Is good, good enough? close
Is Good, good enough?
Anyone who has ever launched a marketing campaign or a new product or service will know about this. You work hard to get something out there, maybe it’s a test campaign, maybe it’s an MVP (Minimum Viable Product) or maybe a new feature. You set it free into the big bad world and ….. it does well! High fives in the office. OK it hasn’t set the world on fire and you feel that you were realistic in your expectations and it’s pretty much hit them. That’s good, right?
But deep down, you’d hoped it would be better than OK. Has it justified the original investment? Yes – just about. And over time it will pay back what was spent on it, but wouldn’t it have been nice to have really taken the world by storm? Wouldn’t it be amazing to tell your boss that you’ve delivered an unfeasibly large ROI? Wouldn’t it be great to have the kudos from your friends and peers for being the person that launched something that was an overnight success? Never mind – at least things are heading in the right direction.
What happens next? Well, you keep watching and waiting. You’ve got a few ideas that might improve things, maybe something that you’ve seen someone else doing, so you commit more budget to making those happen. And it’s OK to do that because let’s face it, it’s making money and that’s a good thing. Because good is good. It’s way better than bad. Isn’t it?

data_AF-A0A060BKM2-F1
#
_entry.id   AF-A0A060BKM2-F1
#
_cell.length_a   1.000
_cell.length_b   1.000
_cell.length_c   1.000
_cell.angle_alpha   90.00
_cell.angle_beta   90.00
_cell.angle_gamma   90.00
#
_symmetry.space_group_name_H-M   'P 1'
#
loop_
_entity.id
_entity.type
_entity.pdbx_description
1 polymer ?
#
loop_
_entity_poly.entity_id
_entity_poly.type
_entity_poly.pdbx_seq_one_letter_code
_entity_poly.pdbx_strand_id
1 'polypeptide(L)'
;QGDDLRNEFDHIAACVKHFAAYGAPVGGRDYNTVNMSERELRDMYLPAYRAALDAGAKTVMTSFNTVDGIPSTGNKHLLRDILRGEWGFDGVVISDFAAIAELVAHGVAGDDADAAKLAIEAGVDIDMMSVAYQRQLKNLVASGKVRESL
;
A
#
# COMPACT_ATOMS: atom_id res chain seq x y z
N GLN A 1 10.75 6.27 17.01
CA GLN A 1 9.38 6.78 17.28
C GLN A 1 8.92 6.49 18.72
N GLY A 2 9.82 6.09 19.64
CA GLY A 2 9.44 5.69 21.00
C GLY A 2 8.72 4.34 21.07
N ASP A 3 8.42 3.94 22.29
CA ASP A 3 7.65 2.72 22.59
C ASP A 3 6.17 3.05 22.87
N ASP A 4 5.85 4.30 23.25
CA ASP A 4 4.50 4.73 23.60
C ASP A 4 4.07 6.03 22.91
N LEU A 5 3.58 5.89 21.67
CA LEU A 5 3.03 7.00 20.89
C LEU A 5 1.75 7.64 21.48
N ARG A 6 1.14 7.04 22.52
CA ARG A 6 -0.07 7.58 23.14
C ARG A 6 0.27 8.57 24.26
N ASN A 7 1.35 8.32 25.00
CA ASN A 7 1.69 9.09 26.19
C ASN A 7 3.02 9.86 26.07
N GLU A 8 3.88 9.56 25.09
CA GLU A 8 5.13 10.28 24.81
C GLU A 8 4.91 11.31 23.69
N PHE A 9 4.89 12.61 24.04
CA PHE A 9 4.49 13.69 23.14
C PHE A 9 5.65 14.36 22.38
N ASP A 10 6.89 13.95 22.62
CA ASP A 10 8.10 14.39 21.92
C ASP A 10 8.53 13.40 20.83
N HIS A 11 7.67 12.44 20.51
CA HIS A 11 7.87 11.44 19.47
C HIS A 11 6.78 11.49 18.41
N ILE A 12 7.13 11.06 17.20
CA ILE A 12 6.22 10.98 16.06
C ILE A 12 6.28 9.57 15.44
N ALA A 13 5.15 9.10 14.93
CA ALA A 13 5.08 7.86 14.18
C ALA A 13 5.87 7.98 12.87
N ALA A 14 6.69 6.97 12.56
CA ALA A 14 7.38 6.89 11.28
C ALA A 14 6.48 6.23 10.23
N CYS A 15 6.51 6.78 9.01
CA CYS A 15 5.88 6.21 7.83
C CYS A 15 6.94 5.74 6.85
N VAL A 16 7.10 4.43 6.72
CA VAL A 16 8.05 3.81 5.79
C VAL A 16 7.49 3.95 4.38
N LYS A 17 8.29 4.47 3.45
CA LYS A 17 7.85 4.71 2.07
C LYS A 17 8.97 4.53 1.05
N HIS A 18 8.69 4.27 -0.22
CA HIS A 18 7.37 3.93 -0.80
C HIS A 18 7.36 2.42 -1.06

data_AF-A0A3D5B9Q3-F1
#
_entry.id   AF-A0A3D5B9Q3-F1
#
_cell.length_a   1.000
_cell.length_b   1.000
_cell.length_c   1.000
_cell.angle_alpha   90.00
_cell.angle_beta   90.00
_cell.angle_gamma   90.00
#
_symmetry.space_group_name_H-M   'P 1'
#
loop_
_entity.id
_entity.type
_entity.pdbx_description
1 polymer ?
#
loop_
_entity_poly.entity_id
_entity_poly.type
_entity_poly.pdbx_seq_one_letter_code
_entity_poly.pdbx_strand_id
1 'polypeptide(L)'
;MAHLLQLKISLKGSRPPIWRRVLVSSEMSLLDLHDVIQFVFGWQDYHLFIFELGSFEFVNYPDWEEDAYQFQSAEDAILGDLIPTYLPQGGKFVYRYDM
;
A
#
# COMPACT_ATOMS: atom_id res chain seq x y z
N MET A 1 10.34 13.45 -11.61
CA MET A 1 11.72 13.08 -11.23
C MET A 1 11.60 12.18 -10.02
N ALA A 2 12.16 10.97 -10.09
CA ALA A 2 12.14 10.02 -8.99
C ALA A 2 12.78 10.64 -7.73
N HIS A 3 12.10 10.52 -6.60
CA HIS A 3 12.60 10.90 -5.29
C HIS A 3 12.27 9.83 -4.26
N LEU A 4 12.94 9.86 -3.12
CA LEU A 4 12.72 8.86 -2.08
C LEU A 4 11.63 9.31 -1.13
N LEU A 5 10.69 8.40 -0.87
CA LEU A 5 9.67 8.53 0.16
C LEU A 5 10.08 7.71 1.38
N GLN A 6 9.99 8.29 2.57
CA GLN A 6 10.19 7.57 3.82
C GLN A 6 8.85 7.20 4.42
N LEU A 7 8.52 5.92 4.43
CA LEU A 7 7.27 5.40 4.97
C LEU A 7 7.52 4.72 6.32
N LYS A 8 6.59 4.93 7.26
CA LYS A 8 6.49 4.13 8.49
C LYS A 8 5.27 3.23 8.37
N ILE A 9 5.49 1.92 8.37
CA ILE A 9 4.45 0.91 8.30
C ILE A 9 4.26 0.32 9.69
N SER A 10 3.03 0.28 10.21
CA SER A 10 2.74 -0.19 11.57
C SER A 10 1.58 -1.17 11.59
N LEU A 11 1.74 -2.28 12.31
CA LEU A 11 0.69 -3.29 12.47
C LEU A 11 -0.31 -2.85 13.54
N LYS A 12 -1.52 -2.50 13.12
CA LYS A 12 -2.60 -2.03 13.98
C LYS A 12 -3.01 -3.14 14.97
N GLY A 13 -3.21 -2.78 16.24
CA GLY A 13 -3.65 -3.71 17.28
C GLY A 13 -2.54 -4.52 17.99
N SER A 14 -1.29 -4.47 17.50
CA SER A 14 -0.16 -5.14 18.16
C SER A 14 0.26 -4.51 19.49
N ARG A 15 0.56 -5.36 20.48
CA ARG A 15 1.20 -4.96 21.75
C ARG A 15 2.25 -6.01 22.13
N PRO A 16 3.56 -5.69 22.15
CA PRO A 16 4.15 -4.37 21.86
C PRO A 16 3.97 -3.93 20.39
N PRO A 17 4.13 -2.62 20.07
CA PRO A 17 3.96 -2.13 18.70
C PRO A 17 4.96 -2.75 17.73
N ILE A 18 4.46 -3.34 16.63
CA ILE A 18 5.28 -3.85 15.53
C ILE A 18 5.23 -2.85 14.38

Actually. Good isn’t good enough. Not when you could be great.
But this is a daily reality and we’ve definitely been guilty of it ourselves. We do something and it does OK. Then something else shiny grabs our attention. The idea of finessing something that is already doing OK isn’t anywhere near as much fun as the next big thing. But in fact, finessing the product, making a number of small experiments to test whether what you’ve done is as good as it could be, is exactly what you should be doing next.
How do you turn good into great? There are two things to really consider:
- Time, money and resources
- Drivers of growth
Clearly, if we had all the time, money and resources in the world, we could just keep at it until we hit the right formula. The one thing that turned our mediocre offering into something so valuable to the end user that they paid for it in their millions rather than in their 10s or 100s. But, for most of us, our job is to get to where we need to by using as little of those things as possible.
Added to that is the notion that there is no point in improving something unless it impacts on something that will ultimately drive growth. How do we work that out? Well, in the case of our Twitter monitoring tool, Twilert, for example, there are four key drivers for growth:
- Number of free trialists
- Percentage conversion of free trialists to paid subscribers
- Subscription package value (we currently offer three)
- Lifetime value (or in other words, how long they subscribe for)